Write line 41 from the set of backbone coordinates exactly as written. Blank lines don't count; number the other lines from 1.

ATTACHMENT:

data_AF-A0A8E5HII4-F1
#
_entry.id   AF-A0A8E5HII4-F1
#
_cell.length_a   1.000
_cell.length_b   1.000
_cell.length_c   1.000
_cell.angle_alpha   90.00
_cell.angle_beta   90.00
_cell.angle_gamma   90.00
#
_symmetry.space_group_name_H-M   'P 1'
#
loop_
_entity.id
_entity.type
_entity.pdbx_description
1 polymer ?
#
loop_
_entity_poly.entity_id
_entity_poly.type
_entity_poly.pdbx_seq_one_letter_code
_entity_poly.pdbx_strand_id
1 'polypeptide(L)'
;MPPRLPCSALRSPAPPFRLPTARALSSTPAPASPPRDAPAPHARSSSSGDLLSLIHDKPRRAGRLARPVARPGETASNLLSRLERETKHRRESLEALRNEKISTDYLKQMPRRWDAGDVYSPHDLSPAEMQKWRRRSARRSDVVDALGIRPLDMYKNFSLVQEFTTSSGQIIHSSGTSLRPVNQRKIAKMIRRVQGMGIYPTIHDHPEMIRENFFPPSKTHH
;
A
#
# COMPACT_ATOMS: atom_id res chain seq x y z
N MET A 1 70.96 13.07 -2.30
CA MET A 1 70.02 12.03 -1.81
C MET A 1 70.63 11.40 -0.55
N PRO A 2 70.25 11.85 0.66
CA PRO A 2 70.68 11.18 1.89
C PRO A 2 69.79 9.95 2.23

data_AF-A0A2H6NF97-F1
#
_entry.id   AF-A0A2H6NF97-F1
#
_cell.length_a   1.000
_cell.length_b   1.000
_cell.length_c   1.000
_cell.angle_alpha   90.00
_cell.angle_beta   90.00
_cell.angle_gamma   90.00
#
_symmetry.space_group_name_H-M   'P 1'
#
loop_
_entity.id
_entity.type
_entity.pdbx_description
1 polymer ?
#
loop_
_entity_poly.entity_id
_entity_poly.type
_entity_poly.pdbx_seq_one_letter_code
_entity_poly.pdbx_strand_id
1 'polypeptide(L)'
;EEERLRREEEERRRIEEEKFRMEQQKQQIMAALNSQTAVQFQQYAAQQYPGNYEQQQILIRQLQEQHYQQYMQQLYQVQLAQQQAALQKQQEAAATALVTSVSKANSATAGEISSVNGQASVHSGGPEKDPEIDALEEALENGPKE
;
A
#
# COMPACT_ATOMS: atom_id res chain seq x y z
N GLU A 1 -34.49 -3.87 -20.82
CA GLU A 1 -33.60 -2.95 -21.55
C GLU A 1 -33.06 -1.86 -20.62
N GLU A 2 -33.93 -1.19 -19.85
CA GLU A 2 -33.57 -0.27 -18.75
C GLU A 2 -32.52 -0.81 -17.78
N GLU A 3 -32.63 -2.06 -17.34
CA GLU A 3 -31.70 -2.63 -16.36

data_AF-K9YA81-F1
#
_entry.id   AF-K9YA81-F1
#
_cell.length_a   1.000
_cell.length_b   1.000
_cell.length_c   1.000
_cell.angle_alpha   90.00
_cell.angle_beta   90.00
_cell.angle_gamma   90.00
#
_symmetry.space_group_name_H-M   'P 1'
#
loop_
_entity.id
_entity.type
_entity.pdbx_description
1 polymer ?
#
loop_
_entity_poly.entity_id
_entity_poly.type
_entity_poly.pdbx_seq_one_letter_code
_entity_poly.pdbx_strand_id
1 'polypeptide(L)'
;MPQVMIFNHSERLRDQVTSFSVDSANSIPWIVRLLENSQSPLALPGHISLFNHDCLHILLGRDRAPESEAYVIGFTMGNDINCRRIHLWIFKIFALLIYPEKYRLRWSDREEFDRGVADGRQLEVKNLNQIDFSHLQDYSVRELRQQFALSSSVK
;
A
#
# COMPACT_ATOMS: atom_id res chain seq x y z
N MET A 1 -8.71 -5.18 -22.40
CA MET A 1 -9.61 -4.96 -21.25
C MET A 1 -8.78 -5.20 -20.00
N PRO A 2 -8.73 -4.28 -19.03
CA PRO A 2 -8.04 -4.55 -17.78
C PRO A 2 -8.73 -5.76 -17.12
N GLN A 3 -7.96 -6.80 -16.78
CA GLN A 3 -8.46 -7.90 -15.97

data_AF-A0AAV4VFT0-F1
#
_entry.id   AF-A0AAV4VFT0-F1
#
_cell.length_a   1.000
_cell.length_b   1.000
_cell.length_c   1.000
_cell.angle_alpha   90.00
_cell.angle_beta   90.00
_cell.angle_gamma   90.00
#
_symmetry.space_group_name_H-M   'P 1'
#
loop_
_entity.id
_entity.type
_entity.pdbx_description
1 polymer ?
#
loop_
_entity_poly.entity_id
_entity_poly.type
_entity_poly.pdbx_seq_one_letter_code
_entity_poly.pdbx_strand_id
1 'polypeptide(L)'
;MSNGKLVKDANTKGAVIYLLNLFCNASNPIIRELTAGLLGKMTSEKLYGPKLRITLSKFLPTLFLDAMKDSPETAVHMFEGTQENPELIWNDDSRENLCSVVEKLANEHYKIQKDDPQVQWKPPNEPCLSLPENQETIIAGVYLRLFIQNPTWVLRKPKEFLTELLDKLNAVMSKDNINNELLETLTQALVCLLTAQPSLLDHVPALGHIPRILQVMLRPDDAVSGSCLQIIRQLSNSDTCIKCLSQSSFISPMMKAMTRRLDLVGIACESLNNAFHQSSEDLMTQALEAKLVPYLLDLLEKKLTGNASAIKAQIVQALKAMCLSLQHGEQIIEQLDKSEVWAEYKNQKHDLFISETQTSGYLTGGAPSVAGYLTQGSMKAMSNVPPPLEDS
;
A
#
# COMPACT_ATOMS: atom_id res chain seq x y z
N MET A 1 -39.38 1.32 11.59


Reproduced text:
_cell.length_a   1.000